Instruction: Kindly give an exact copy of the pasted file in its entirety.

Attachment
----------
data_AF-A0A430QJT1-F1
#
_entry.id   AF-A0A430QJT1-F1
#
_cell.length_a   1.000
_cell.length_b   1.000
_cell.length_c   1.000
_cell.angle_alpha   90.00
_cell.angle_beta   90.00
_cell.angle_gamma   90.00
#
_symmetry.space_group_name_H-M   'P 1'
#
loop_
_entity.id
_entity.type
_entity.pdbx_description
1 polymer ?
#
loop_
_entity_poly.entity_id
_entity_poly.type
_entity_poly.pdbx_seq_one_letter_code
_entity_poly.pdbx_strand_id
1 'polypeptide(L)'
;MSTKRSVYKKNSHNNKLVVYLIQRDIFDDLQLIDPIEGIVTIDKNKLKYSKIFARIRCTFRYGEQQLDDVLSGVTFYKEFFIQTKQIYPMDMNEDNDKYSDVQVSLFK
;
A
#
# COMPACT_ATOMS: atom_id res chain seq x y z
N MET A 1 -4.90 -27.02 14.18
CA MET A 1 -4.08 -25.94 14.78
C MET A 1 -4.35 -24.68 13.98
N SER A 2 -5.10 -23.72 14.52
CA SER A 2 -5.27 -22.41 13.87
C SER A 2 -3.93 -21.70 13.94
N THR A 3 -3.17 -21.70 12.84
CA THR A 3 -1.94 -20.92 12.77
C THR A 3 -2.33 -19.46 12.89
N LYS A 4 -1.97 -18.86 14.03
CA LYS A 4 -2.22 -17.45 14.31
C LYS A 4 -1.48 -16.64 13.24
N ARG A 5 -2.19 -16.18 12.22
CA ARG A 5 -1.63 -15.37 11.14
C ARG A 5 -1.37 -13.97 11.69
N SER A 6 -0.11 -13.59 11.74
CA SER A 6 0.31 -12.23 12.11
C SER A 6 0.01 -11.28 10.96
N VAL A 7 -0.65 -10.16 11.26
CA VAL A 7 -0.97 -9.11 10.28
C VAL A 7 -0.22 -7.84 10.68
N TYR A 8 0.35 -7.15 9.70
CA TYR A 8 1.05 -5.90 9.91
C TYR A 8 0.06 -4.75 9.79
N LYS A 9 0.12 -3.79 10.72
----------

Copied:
data_AF-A0A430QJT1-F1
#
_entry.id   AF-A0A430QJT1-F1
#
_cell.length_a   1.000
_cell.length_b   1.000
_cell.length_c   1.000
_cell.angle_alpha   90.00
_cell.angle_beta   90.00
_cell.angle_gamma   90.00
#
_symmetry.space_group_name_H-M   'P 1'
#
loop_
_entity.id
_entity.type
_entity.pdbx_description
1 polymer ?
#
loop_
_entity_poly.entity_id
_entity_poly.type
_entity_poly.pdbx_seq_one_letter_code
_entity_poly.pdbx_strand_id
1 'polypeptide(L)'
;MSTKRSVYKKNSHNNKLVVYLIQRDIFDDLQLIDPIEGIVTIDKNKLKYSKIFARIRCTFRYGEQQLDDVLSGVTFYKEFFIQTKQIYPMDMNEDNDKYSDVQVSLFK
;
A
#
# COMPACT_ATOMS: atom_id res chain seq x y z
N MET A 1 -4.90 -27.02 14.18
CA MET A 1 -4.08 -25.94 14.78
C MET A 1 -4.35 -24.68 13.98
N SER A 2 -5.10 -23.72 14.52
CA SER A 2 -5.27 -22.41 13.87
C SER A 2 -3.93 -21.70 13.94
N THR A 3 -3.17 -21.70 12.84
CA THR A 3 -1.94 -20.92 12.77
C THR A 3 -2.33 -19.46 12.89
N LYS A 4 -1.97 -18.86 14.03
CA LYS A 4 -2.22 -17.45 14.31
C LYS A 4 -1.48 -16.64 13.24
N ARG A 5 -2.19 -16.18 12.22
CA ARG A 5 -1.63 -15.37 11.14
C ARG A 5 -1.37 -13.97 11.69
N SER A 6 -0.11 -13.59 11.74
CA SER A 6 0.31 -12.23 12.11
C SER A 6 0.01 -11.28 10.96
N VAL A 7 -0.65 -10.16 11.26
CA VAL A 7 -0.97 -9.11 10.28
C VAL A 7 -0.22 -7.84 10.68
N TYR A 8 0.35 -7.15 9.70
CA TYR A 8 1.05 -5.90 9.91
C TYR A 8 0.06 -4.75 9.79
N LYS A 9 0.12 -3.79 10.72